Tuesday, August 25, 2009

Festival of Quilts - part two

After the packing, the masterclass with Sandra Meech. This was held for two days before the show started and was entitled Connecting Art to Stitch which is also the title of her new book. ( Of course I bought a copy but I have not had chance to open it yet.) Everyone sent raving comments (just raving - not raving mad that is!) when I said I had bagged tickets so I had high hopes.

I have to say I was a little disapointed. Not with Sandra herself - she is a lovely person and an great enabler and encourager as a teacher. But I felt the class was high on art content and low on the connection aspect.

We had a huge list of art products to bring with us - not a problem but we spent much time 'seeing what they did'. I did get some value from this - I found out how she ( and I assume others like Jan Beany) make the white marks over paints and dyes I see in their books - a product I had never seen called Papermate Chinamarkers - will have to seek some of those out. I also found out why I could not get any different effect between my water colours and the koh-i-Noor dye set I had bought on recommendation.... I had not bought the dye set but the Koh-I-Noor watercolours in error! Sandra sold me the dye set and I love them. They are the white pallet below.

We painted with transfer dyes - which was new to me but I really disliked my paintings - childish and splodgy - but then as you can see, that is what we were encouraged to do. I also learned that you can draw on polyester or polycotton fabric and transfer the dyes - neat trick but I did not like my end result. Sandras' example of course looked fabulous.

I had a hard time with the drawing with a twig on papers set out on the floor exercise. We then coloured over the lines with oil pastel and scraped back. Big unattracive mess ensued in my view. However, I had another Eureka moment - have you ever read how people do collage with 'magazine papers'? I always wonderd how they managed to collect just the right colours of magazine pictures in the right quanity. Well, duh, no. You can paint the magazine pages with the dyes or watercolours. Works great. As does painting black and white photocopies with the dyes. Never knew that either, Both options of course will easily extend my available art supplies when I travel without sufficient weight allowance for specialist material.

We also did a fun thing where we made a collage of someone elses face and gifted it to them. No real connection to stitch but good for getting into collage if thats what you wanted. Here is Wendy and my version of her. We also transferred some painted heat transfer papers onto fabric.

We did the art stuff for a day and a half and then Husqvarna gave us machines to play on with free motion and we could also handstich - having been told to bring some threads and fabrics. There was no real tution in the connection to stitch though. It was just - this is what art materials do. This is how to get into onto fabric. Now you can stitch on it and I thought there was a gap in the course between the latter two. It also said in the decsription that we would work to a personal theme and to bring existing sketchbooks but that never came into it - save that I suppose we all did different things which were bound to develop into our own areas of interest anyway. But the sketchbooks we brought were never used.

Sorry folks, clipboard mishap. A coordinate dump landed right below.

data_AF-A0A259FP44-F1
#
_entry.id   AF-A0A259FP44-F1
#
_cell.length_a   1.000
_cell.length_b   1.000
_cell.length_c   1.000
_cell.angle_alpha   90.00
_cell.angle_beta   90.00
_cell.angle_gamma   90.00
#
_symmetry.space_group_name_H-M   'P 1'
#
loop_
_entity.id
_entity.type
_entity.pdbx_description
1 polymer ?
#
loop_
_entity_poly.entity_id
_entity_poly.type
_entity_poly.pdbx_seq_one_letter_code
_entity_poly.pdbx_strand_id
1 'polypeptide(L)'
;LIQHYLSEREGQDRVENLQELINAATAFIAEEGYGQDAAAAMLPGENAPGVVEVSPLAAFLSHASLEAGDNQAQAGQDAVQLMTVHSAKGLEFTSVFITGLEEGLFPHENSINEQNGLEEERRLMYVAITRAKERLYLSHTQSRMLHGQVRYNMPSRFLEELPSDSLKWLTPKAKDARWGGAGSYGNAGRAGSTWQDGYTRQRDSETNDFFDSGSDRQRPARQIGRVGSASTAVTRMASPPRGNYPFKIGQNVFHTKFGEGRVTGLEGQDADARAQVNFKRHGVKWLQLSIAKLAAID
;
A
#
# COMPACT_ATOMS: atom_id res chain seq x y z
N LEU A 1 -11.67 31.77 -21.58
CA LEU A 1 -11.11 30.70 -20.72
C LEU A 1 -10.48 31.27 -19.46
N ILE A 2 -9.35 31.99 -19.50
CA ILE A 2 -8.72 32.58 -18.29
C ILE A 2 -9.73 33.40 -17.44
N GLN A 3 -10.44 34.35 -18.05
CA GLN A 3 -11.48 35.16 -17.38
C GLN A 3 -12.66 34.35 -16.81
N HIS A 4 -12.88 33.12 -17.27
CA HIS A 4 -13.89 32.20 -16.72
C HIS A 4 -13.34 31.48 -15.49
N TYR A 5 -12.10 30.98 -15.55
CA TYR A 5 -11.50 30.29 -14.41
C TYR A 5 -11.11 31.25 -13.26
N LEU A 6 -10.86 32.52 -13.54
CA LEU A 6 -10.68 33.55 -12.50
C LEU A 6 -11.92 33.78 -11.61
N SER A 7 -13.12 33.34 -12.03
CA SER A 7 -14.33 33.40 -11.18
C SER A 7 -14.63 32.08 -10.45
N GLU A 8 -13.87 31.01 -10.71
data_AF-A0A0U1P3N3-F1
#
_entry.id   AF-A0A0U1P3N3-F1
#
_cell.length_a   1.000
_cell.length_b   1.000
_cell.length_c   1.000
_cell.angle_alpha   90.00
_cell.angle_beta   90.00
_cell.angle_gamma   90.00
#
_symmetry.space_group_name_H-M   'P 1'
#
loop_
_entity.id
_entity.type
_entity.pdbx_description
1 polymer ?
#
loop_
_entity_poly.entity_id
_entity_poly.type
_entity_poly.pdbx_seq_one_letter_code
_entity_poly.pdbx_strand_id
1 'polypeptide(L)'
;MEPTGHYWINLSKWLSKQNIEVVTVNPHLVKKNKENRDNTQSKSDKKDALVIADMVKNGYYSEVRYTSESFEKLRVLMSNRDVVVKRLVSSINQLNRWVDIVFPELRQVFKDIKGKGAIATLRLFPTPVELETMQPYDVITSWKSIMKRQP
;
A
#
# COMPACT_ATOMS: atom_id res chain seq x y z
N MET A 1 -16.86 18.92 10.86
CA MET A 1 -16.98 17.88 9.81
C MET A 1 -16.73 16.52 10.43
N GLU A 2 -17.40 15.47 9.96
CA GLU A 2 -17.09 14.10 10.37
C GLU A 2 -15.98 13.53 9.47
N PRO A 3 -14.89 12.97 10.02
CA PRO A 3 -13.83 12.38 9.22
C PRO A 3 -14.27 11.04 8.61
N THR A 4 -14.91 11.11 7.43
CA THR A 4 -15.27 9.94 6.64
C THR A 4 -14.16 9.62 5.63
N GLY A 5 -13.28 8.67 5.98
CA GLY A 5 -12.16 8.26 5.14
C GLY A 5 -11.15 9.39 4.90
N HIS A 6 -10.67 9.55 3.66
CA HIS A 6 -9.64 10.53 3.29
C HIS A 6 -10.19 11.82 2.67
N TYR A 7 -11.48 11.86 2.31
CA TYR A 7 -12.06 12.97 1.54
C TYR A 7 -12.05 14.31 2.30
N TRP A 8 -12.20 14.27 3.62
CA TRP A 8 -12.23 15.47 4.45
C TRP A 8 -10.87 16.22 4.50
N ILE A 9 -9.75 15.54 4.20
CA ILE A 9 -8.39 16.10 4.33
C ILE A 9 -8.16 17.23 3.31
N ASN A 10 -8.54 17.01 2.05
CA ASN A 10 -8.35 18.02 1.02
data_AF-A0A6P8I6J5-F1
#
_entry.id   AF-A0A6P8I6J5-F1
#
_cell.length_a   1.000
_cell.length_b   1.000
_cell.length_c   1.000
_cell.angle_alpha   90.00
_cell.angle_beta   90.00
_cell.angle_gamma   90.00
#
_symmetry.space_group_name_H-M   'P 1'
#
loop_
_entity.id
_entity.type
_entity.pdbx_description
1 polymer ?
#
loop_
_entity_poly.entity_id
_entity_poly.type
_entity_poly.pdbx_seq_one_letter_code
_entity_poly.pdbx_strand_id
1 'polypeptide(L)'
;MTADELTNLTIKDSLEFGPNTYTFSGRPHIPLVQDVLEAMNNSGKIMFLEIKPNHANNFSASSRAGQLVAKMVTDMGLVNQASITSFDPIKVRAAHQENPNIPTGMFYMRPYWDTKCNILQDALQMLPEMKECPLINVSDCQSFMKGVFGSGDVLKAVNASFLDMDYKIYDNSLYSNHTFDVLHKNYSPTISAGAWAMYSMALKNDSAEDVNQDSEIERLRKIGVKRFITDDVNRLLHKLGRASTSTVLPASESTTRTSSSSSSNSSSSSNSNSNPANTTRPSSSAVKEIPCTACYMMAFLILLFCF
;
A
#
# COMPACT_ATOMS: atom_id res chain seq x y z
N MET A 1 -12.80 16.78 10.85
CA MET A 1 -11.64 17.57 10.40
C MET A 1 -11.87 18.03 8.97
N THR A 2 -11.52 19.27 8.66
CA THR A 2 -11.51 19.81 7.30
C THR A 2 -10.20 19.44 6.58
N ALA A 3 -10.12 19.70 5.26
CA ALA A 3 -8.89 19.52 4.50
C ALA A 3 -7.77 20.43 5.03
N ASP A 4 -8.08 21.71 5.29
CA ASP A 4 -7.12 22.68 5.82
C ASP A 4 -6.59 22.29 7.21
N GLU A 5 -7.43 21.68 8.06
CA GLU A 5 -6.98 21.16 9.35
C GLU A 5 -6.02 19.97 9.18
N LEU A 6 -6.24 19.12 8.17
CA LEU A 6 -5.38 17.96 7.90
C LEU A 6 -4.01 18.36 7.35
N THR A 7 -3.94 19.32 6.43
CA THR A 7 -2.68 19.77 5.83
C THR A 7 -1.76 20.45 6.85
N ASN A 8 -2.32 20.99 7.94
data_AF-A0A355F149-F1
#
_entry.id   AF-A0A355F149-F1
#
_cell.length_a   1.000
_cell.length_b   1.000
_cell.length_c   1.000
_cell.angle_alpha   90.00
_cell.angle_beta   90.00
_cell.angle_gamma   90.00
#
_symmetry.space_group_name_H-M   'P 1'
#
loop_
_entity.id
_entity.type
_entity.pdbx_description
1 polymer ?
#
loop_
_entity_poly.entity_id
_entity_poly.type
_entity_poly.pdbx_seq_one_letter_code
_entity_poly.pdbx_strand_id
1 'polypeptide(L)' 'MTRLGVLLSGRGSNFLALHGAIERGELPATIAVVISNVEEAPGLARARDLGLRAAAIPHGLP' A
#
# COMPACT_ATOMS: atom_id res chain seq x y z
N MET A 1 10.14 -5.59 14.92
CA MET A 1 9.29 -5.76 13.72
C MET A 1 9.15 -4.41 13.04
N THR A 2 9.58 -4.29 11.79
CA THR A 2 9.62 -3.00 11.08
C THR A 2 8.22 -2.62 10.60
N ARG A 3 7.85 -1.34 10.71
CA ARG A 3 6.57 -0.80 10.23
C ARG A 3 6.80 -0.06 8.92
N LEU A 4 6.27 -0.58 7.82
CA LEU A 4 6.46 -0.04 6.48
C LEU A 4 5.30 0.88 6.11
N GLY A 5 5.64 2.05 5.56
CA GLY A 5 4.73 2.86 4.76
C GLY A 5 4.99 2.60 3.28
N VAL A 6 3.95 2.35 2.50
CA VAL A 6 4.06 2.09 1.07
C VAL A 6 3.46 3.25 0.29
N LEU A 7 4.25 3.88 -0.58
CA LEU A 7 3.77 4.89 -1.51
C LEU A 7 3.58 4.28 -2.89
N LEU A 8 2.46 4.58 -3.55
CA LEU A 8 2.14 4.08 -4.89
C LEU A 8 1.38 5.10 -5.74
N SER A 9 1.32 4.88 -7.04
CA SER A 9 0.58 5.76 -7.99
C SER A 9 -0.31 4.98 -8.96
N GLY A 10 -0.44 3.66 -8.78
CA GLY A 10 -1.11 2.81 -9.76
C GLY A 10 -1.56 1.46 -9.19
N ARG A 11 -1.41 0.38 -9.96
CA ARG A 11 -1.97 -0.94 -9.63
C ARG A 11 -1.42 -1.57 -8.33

I decided with my stitch time to see if I could improve one sample I had done which I did not really like much. It had been an African totem type drawing in black ink with transfer dyes over it. Bright and childish and not really intergrating with fabric. I threadpainted with the machine a bit and added a little straight hand stitch. I then tried to tone down the transfer dyes with oil pastels and metallic crayons and in the end ironed some darker transfer dyes over the whole thing, then added some fabric collage...... it is still definately a sample but it is a whole lot better than I started with.

Also, as I was alone that evening I got to sketchbook ( is that a verb?!) in the hotel and I found that the pages I did were suddenly a lot freer with use of coloured pages and cut outs etc than I have ever done before. They would be a whole lot better if they were part of a themed book - the theme of this sketchbook really being to try different ways of doing pages - but I did feel that there was some kind of breakthrough going on.


Diane said...

Very interesting to hear about your experience. I just got her new book this past week, and when I sat and read through it, I had vaguely the same reaction -- it's mostly about art exploration, and not so much about translating it all into fiber. But maybe it is intended to be (and really is, actually) a good reminder to start with the basic art part.

AND I just TODAY ordered a set of transfer paints in order to comlete a City and Guilds activity. I've never used them and they seem to be hard to find in the US. (Ultimately, I had to buy them from a Canadian supplier.) I wonder what that's about?

But I'm glad you had fun with the experience, and maybe having gotten "loosened up" with the exploring part, you'll find you're doing things differently or more freely in your next projects?

Me, I think I need to do a serious home-course in FINISHING SOMETHING. I seem to have a lot of projects in that "I just need to do X" stage. :-)

Karen said...

I have finally come to the conclusion that I do my worst work in classes. It can be embarrassing when teachers and other students wander around the room, with very little comment on what I'm doing! But I'm over that now, because I find that when I get home, little bits and pieces from the class start surfacing and I feel less stifled with what I'm doing. I was also a bit disappointed with the new book, maybe because the last one was so good.